Q: What factors will the court consider when determining how much alimony to award to a party?
A: The court may award alimony to either spouse that is reasonable under the circumstances. The court has wide discretion in this area.
Q: On what basis does the court decide how marital property is divided?
A: D.C. uses so-called “equitable distribution.” This means that the division of property and debts between the divorcing parties should be fair and equitable, but not necessarily equal. While the trial court’s discretion will not be disturbed on appeal without a showing of clear abuse, the court will consider the factors enumerated in the Divorce Information Section of the District of Columbia Divorce Main Page.
Q: Is the “separate property” of one spouse subject to being divided up?
A: The question here is whether property “belonging to” one of the parties should be included in the marital estate for purposes of an equitable division. Generally, separate property acquired before the marriage or by gift or inheritance during the marriage may be excluded from the marital estate if neither the property nor its income has been used for the common benefit of the parties during their marriage.
Q: What if the parties occasionally use an item of separate property (for example, silver table utensils inherited by the wife) for the benefit of both parties?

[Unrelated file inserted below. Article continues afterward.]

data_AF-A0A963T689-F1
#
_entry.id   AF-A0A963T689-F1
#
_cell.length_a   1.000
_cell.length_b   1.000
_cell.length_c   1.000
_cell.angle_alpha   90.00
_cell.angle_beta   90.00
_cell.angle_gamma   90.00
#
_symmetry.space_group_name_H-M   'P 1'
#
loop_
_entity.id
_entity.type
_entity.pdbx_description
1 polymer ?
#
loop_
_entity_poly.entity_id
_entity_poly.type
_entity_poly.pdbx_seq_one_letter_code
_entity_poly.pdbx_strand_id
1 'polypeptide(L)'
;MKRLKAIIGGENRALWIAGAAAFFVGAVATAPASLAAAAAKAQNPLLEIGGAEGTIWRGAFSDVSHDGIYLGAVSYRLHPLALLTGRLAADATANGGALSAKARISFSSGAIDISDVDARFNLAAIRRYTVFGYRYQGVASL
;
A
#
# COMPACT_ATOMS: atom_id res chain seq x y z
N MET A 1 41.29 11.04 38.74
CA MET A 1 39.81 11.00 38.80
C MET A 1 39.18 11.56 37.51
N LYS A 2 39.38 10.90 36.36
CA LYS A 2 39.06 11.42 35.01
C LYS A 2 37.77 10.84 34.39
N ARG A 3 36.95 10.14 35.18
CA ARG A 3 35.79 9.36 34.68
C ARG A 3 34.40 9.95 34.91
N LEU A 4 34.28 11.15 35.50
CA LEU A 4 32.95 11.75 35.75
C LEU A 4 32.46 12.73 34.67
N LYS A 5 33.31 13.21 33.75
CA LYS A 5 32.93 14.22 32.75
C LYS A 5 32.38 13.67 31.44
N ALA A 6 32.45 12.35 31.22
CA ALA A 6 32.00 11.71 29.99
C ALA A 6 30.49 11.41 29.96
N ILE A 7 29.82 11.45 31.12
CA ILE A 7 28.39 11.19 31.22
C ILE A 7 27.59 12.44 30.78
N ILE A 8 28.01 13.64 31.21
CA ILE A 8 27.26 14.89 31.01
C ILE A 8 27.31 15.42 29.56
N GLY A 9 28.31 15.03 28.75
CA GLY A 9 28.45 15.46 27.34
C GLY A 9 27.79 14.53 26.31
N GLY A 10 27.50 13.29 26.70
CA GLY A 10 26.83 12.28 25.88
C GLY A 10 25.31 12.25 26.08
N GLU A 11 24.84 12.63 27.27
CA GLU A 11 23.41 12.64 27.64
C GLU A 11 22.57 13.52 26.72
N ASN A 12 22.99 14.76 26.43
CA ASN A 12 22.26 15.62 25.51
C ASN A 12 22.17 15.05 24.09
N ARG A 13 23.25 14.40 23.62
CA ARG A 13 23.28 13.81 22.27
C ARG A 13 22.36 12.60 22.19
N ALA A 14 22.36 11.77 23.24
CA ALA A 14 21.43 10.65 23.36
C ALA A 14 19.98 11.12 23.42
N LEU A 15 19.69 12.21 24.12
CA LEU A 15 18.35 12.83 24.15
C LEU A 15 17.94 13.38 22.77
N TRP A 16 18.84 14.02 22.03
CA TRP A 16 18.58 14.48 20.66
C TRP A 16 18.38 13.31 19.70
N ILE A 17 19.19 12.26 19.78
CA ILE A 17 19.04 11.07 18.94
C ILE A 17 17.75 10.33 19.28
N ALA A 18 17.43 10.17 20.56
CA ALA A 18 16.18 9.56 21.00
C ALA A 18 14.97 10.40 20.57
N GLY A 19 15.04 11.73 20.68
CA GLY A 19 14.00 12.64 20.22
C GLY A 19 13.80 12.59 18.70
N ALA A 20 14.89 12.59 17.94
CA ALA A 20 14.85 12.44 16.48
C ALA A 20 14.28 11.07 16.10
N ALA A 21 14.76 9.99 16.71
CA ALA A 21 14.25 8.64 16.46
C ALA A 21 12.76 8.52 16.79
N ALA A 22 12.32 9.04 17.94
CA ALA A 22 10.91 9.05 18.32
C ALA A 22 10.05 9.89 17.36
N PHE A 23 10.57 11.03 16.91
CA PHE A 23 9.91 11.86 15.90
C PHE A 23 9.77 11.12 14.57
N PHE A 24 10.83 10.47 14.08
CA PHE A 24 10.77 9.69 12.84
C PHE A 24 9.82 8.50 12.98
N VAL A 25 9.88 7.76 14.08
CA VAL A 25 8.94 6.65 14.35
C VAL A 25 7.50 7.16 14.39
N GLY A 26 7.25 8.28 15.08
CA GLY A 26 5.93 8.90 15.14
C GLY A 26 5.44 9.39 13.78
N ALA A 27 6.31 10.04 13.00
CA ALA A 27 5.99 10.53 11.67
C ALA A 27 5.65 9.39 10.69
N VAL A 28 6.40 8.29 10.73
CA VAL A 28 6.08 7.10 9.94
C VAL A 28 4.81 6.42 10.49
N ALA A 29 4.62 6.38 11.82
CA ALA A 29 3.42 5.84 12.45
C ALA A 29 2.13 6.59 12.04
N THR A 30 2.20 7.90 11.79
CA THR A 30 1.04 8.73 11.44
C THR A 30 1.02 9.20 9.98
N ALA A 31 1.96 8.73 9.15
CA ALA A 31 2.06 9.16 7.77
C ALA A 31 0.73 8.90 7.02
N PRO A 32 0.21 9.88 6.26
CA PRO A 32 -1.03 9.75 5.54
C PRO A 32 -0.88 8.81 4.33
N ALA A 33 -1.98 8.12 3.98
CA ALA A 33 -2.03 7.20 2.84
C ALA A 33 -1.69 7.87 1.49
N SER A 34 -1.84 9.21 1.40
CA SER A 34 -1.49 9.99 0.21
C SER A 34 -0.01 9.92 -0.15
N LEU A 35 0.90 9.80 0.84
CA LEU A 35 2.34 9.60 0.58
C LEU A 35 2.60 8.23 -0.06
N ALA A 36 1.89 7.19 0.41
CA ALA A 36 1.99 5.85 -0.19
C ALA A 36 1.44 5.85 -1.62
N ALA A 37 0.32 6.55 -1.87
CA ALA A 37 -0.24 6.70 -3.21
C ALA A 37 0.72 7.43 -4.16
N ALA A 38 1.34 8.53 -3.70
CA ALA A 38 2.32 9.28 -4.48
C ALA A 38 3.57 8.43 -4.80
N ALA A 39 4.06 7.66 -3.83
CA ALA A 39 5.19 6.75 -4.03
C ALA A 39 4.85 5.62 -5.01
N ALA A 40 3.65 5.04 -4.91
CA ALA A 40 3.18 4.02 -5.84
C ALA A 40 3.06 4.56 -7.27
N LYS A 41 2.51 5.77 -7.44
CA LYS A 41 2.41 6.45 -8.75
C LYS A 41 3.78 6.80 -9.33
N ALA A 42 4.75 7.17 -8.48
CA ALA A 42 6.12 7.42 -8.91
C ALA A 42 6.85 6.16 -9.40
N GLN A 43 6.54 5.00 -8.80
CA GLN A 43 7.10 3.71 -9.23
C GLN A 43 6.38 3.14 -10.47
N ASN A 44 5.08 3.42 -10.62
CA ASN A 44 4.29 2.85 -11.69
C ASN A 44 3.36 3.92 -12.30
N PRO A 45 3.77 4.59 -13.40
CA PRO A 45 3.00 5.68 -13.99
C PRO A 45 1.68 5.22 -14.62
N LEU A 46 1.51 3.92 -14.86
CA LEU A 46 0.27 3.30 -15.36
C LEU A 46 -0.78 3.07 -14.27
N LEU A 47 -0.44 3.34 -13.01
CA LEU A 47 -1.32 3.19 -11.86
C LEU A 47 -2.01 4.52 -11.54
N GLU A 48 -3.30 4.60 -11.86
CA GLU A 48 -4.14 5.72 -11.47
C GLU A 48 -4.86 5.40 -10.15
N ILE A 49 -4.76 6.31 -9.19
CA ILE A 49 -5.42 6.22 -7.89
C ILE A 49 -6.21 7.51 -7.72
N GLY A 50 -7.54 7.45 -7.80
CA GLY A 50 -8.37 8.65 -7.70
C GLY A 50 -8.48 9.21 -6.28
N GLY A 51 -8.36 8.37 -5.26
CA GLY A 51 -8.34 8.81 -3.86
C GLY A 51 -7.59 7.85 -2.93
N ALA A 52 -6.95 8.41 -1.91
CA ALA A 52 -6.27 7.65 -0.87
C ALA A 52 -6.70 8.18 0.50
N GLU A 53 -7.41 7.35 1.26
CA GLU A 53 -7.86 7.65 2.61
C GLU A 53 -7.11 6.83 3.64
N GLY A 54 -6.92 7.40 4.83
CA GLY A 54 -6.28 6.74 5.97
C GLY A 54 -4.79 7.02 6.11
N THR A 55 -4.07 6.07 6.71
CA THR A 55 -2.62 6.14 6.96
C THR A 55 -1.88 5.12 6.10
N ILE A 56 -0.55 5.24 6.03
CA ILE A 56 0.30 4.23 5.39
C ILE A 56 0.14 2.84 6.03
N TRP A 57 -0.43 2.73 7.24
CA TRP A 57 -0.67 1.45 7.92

A: The property may be subject to division. Where the parties regularly use property acquired by one party before marriage for the common benefit of the parties, it is more likely to be available for consideration in dividing property. The frequency of use may be considered by the court in making the decision.
Child custody and visitation
Q: What is child custody and visitation?
A: “Child custody” refers to which parent will have legal custody of the child(ren), i.e. with whom the child(ren) will live. “Visitation” is the topic of the non custodial parent’s ability to visit/spend time with the child(ren).
Q: If the parents cannot agree on child custody and visitation issues, on what basis will the court decide?
A: The court may award custody to either parent, regardless of sex, subject to the best interests of the child.
Q: What factors will the court consider in deciding what parent gets custody of the child(ren)?
A: The court shall determine custody of minor children of the marriage based upon the best interests of the child. To determine the best interests of the child, the court shall consider the factors listed in the Divorce Information Section of the District of Columbia Divorce Main Page.
Q: What is “child support”?
A: Child support is money paid by the non custodial parent to the custodial parent in order to meet the needs of the child(ren).
Q: To what should the parties look for guidance regarding amount of child support to be paid? What standard will the court use if the parties cannot agree?
A: The District of Columbia has established child support guidelines which establish a presumptively correct amount of child support to be paid. The guidelines take into consideration the existence of any prior order of child support a party may be paying and also take into consideration the difference in cost to raise children of different ages.